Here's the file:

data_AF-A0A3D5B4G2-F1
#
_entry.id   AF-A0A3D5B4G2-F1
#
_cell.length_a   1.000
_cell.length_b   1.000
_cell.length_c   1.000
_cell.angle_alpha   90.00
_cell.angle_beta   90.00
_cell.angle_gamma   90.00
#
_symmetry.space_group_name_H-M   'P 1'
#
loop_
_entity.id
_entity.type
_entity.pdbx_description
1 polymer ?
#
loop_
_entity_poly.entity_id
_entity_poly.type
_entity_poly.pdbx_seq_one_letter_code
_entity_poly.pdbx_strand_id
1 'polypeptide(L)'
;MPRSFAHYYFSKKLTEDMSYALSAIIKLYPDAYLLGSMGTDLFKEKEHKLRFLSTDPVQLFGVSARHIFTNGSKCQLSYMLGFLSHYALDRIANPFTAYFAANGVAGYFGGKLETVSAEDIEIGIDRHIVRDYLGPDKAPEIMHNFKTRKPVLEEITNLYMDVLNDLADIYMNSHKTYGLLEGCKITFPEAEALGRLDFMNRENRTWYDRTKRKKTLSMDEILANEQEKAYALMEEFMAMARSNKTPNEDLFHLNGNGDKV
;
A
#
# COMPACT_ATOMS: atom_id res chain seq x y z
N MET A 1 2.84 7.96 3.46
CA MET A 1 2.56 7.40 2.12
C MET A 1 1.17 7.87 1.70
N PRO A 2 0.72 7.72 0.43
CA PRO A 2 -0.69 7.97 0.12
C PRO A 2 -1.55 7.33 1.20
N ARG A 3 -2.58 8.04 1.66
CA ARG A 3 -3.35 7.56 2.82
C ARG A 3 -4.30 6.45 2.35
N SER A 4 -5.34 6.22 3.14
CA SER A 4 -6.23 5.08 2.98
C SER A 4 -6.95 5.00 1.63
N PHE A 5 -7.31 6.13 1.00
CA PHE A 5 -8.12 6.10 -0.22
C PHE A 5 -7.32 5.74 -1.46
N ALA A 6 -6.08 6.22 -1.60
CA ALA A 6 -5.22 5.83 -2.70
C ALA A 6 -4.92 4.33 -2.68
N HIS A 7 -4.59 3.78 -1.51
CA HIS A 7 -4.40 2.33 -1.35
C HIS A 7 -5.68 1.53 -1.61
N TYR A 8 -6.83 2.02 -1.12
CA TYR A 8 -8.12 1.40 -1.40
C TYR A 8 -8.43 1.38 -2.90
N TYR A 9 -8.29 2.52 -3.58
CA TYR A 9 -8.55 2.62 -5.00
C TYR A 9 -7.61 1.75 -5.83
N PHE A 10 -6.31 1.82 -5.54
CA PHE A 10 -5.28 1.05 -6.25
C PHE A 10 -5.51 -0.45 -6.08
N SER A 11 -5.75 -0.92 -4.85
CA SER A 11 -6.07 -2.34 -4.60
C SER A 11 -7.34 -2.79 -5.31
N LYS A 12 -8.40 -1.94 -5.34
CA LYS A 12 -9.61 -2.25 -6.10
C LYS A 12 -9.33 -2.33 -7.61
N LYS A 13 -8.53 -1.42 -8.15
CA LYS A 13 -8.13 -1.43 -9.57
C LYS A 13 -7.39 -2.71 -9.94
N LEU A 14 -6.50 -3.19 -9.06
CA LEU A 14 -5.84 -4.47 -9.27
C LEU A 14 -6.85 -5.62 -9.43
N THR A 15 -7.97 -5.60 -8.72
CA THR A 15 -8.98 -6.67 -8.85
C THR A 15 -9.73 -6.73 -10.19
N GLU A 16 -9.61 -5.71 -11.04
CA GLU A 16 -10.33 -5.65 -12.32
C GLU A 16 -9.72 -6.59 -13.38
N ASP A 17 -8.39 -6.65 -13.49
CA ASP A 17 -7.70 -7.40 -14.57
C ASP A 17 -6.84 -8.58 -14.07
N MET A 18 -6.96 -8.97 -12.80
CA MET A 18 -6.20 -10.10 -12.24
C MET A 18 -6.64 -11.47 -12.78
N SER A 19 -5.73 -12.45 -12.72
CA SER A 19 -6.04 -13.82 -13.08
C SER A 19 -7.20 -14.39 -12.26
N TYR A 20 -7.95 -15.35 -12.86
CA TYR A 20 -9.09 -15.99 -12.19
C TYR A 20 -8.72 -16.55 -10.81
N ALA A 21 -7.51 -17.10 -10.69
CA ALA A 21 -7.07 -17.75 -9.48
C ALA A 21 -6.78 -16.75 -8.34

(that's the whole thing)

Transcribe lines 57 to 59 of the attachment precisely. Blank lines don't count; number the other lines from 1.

C TYR A 9 -7.61 1.75 -5.83
N PHE A 10 -6.31 1.82 -5.54
CA PHE A 10 -5.28 1.05 -6.25